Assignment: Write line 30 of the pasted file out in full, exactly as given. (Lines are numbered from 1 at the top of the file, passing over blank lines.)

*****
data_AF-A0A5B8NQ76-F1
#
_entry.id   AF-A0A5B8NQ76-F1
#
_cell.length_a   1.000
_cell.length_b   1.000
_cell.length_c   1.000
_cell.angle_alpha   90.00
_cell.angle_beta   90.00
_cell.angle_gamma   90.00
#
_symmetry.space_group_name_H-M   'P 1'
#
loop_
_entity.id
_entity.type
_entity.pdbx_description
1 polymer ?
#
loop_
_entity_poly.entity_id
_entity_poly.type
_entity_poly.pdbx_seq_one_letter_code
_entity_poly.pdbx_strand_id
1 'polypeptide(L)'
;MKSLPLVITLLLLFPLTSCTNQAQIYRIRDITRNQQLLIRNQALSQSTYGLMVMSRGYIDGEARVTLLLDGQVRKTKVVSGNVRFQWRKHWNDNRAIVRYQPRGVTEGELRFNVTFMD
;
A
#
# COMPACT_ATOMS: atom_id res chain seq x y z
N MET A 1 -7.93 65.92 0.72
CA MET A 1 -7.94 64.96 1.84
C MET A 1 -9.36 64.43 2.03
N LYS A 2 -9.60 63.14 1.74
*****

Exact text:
# COMPACT_ATOMS: atom_id res chain seq x y z